We chatted a bit and learned he was playing that weekend at the Improv comedy club nearby, and that Larry David is a great guy, not the schmuck he makes himself out to be on the show. Rozee snapped a quick photo and we let him go off to find his soda.

Later that night, we lamented, “Shoot, we should have asked Richard Lewis over for Thanksgiving dinner.”

The next day, I walked past David, standing with his hands against the wall in the hallway, one leg still, the other pumping backwards toward his behind. I looked at him, slightly askance, wondering what the heck kind of exercise this was.

“What are you doing?”

“I’m kicking myself for not asking Richard Lewis to eat Thanksgiving dinner with us.”

Wouldn’t that have been a great cache?

• To see the celebrity hunter with her cache, visit the Observer’s website (http://statelineobserver.com).

 

    - Dec. 13, 2006 
  • Front.train
    WRECKAGE—Morenci Fire Department member Taylor Schisler walks past the smoking wreckage of a semi-truck tractor on the north side of the Norfolk and Southern Railroad tracks on Ranger Highway. The truck trailer was on the south side of the tracks
  • Front.sculpta
    SCULPTORS—Morenci third grade students Emersyn Thompson (left) and Marissa Lawrence turn spaghetti sticks into mini sculptures Friday during a class visit to Stair District Library. All Morenci Elementary School classes recently visited the library to experience the creative construction toys purchased through the “Sculptamania!” project, funded by a Disney Curiosity Creates grant. The grant is administered by the Association for Library Services to Children, a division of the American Library Association.
  • Funcolor
    LEONIE LEAHY was one of three local hair stylists who volunteered time Friday at the Morenci PTO Fun Night. Her customer, Aubrey Sandusky, looks up at her mother while her hair takes on a perfect match to her outfit. Leahy said she had a great time at the event—nothing but happy clients.
  • Shadow.salon
    LEARNING THE ROPES—Kristy Castillo (left), co-owner of Mane Street Salon, works with Kendal Kuhn as Sierra Orner takes a phone call. The two Morenci Area High School juniors spent Friday at the salon as part of a job shadowing experience.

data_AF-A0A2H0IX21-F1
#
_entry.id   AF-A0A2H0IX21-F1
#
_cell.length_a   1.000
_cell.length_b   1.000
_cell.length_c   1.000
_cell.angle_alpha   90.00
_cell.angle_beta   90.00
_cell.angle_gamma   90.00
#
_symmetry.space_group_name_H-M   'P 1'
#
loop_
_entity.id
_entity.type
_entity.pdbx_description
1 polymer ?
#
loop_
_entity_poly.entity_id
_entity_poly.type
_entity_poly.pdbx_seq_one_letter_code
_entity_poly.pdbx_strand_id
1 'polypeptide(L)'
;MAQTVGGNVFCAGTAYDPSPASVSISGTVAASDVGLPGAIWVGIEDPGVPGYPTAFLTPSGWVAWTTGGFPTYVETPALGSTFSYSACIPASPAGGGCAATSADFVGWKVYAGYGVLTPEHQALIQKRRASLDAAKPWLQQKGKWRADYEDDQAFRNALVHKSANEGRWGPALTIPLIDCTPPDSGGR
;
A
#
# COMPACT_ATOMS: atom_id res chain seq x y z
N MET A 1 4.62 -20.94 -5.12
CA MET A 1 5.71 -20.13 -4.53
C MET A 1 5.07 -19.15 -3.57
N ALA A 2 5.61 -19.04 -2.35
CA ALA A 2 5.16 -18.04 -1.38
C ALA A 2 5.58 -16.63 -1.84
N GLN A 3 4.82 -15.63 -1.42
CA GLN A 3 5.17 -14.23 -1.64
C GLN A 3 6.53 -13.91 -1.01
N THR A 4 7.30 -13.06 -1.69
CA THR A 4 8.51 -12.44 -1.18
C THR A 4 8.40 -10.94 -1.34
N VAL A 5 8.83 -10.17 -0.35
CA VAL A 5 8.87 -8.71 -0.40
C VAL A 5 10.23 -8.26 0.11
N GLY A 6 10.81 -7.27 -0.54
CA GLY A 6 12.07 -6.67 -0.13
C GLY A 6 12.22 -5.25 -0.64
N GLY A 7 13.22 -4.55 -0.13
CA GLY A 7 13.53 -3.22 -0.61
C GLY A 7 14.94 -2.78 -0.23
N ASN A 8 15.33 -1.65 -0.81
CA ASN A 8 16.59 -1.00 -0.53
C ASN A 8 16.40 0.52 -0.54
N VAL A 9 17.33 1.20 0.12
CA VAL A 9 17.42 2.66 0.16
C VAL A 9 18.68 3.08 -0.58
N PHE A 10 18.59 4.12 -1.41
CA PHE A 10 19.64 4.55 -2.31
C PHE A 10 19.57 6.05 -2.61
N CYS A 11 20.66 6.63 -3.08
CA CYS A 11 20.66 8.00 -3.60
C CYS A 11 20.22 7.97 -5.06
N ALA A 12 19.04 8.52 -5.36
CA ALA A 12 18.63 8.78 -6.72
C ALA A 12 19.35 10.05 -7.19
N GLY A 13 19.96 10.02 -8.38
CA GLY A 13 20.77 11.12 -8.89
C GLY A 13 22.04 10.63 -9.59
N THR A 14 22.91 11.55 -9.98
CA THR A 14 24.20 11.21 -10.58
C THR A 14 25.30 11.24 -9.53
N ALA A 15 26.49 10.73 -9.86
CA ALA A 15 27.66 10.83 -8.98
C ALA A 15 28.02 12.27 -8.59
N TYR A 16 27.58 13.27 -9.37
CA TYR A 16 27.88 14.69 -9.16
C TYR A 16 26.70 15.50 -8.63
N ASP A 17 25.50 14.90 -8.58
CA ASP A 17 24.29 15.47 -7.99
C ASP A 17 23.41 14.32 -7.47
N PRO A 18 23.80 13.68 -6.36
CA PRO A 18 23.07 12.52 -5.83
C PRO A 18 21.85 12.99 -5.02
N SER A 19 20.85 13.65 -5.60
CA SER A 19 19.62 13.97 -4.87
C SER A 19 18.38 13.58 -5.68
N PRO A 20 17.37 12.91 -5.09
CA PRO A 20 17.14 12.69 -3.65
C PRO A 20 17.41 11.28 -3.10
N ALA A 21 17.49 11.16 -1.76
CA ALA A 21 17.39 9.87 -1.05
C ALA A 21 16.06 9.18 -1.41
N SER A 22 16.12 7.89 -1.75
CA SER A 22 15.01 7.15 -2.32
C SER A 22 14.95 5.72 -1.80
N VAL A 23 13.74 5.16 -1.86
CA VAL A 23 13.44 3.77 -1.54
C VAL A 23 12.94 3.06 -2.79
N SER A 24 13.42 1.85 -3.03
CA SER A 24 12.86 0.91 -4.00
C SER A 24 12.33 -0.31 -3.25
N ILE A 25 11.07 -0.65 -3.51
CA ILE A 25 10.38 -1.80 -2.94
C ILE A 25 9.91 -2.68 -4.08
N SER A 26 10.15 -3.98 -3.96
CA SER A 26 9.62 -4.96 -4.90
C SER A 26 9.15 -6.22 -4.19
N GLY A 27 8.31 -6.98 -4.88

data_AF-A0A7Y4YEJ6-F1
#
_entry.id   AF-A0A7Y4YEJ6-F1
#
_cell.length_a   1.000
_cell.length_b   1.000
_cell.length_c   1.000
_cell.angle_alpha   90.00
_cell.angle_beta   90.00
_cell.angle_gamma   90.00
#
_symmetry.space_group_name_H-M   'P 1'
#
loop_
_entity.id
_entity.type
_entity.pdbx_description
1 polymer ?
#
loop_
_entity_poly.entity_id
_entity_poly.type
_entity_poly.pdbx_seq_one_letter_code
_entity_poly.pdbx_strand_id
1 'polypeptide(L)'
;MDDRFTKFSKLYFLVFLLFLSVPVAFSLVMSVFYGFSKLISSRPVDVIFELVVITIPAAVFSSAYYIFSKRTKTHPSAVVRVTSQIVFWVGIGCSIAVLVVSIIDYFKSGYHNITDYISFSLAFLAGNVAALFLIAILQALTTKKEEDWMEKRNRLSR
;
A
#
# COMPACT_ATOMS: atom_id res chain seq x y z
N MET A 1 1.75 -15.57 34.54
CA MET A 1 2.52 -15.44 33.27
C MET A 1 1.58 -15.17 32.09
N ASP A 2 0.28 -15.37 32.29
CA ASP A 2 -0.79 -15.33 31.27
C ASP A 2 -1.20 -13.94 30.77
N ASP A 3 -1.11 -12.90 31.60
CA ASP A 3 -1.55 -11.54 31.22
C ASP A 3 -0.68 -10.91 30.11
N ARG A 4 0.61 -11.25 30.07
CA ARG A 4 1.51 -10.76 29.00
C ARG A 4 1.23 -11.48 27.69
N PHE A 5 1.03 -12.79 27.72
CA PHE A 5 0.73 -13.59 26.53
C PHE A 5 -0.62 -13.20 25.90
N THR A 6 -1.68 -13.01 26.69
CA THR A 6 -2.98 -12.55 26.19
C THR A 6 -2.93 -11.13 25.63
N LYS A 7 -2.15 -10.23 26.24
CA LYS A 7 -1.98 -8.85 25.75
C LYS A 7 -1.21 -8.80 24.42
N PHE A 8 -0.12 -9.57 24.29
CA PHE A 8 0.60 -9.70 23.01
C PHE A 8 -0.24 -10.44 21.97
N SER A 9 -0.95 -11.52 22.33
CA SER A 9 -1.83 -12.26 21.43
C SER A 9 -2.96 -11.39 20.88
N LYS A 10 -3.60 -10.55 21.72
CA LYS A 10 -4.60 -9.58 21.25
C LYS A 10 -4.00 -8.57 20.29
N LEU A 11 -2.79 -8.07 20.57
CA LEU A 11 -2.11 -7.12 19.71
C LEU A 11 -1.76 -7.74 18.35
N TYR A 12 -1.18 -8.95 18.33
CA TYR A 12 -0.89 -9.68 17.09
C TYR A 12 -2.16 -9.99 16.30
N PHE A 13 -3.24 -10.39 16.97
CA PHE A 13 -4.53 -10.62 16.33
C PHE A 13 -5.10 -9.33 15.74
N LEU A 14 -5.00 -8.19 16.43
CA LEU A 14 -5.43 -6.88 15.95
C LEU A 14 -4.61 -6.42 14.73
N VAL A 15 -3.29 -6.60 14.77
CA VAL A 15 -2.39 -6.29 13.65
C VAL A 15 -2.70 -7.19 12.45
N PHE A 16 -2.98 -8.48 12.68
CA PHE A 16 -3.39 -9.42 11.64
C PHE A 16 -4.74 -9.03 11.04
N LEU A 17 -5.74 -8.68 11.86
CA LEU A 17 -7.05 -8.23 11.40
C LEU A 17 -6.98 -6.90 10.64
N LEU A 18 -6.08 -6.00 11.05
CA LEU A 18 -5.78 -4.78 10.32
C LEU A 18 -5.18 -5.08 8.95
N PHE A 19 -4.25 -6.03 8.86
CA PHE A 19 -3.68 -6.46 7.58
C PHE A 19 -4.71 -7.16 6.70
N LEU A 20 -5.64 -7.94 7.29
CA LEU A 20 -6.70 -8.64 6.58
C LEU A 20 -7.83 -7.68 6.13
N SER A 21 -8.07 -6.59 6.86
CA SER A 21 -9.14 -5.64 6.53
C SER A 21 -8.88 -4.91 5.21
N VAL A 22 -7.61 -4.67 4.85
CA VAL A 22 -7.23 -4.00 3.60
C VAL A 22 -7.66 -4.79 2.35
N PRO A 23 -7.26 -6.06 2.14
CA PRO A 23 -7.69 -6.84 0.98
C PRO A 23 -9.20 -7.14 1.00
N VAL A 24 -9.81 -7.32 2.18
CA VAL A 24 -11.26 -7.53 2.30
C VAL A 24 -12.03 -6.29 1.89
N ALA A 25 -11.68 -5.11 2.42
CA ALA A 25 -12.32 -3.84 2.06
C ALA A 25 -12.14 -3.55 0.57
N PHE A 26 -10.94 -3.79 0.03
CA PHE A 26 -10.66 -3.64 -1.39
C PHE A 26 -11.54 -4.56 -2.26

• KayseInField
    IN THE FIELD—2004 Morenci graduate Kayse Onweller works in a test plot of wheat in Texas. She’s part of Bayer CropScience’s North American wheat breeding program based in Nebraska, where she completed post-graduate work in plant breeding and genetics.
  • Front.winner
    REFEREE Camden Miller raises the hand of Morenci Jr. Dawgs wrestler Ryder Ryan as his opponent leaves the mat in disappointment. Morenci’s youth wrestling program served as host for a tournament Saturday morning to raise money for the club. Additional photos are on the back page.
  • Front.bank.2
    SHERWOOD STATE Bank opened its Fayette office at a grand opening Friday morning, drawing a large crowd to view the renovated building. Above, Burt Blue talks to teller Cindy Funk, while his wife, Jackie, looks around the new office. The Blues missed the opening and took a quick tour on Tuesday. Few traces remain of the former grocery store and theater, however, part of the original brick wall still shows in the hallway leading to the back of the building. The drive-through window should be ready for customers later in the month.
  • Front.make.three
    FROM THE LEFT, Landon Wilkins, Ryan White and Logan Blaker try out their artistic skills Saturday afternoon at the Morenci PTO’s first Date to Create event. More than 50 people showed up to create decorated planks of wood to hang from rope. The event served as a fund-raiser for miscellaneous PTO projects. Additional photos are on the back of this week’s Observer.